A new book claims that the KGB cultivated former President Donald Trump as a Russian asset for four decades, the Guardian reports.
Former Russian spy Yuri Shvets, a source for Craig Unger’s American Kompromat: How the KGB Cultivated Donald Trump, and Related Tales of Sex, Greed, Power, and Treachery, told the newspaper that the KGB “had collected a lot of information on his personality so they knew who he was personally. The feeling was that he was extremely vulnerable intellectually, and psychologically, and he was prone to flattery.”
According to Unger’s book, the KGB took interest in Trump after he married first wife Ivana, who was born and raised in communist Czechoslovakia.
Trump’s possible connections with Russia were one of the defining controversies of his presidency. Russia interfered with the 2016 presidential election to help Trump get elected, and several of his associates were alleged to have had communications with Russian intelligence during his campaign.
“This is an example where people were recruited when they were just students and then they rose to important positions; something like that was happening with Trump,” Shvets told the Guardian.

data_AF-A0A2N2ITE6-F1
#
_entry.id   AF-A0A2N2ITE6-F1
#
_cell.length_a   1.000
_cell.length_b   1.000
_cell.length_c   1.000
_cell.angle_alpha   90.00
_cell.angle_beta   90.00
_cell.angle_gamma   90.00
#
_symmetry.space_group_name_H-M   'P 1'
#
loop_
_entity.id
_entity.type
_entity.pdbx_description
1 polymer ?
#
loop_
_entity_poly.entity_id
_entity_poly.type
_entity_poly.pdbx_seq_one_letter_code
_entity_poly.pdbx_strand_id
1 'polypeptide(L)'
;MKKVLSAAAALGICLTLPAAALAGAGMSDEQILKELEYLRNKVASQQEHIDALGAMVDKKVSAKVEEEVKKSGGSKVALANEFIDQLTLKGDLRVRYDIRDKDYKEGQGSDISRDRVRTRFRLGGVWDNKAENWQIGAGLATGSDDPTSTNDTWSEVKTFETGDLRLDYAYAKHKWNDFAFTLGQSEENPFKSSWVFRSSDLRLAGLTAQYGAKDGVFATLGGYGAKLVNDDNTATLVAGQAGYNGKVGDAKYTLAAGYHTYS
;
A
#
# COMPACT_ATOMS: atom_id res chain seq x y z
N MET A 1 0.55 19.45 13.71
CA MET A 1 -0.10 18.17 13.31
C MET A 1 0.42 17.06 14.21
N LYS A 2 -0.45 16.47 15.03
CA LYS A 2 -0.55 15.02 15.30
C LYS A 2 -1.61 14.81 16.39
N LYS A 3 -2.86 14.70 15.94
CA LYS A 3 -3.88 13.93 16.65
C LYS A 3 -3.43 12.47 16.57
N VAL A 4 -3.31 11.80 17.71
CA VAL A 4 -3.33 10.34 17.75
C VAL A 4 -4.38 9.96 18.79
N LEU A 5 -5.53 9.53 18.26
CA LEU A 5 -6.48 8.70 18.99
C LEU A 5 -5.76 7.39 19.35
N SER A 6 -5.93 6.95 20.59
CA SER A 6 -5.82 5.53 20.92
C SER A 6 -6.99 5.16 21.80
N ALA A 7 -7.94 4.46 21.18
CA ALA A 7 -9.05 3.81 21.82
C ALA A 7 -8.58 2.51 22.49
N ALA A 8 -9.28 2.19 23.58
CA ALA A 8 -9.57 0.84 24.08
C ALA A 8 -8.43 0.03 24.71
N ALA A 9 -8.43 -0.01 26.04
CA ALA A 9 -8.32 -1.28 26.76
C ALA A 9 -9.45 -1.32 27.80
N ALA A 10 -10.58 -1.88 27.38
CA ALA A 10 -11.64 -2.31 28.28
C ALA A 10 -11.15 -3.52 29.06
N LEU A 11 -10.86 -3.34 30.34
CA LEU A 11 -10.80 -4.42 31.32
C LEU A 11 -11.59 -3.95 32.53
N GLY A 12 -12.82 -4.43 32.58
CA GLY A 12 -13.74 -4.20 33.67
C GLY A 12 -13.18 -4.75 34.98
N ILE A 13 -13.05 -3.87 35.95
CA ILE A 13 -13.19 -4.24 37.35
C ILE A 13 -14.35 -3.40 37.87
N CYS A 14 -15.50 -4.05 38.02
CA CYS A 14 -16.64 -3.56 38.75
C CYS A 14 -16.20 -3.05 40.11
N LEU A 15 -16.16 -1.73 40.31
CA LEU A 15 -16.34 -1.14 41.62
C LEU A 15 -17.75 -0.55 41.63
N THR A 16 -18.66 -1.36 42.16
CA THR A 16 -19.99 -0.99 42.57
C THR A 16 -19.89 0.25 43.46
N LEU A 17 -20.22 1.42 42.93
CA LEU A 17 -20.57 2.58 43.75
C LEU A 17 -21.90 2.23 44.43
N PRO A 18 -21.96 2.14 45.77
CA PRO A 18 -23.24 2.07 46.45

A reviewer for Kirkus calls Unger’s book “a must-read. The gun’s not quite smoking, but the barrel’s plenty hot, and there are Russian shell casings all around.”
And reviewing American Kompromat for the Washington Post, former CIA spy John Sipher writes that author Unger “starts from the premise that Trump is a Kremlin asset and proceeds to advance the argument with great detail.
“By compiling decades of Trump’s seedy ties, disturbing and consistent patterns of behavior, and unexplained contacts with Russian officials and criminals, Unger makes a strong case that Trump is probably a compromised trusted contact of Kremlin interests,” Sipher writes.
Michael Schaub is a Texas-based journalist and regular contributor to NPR.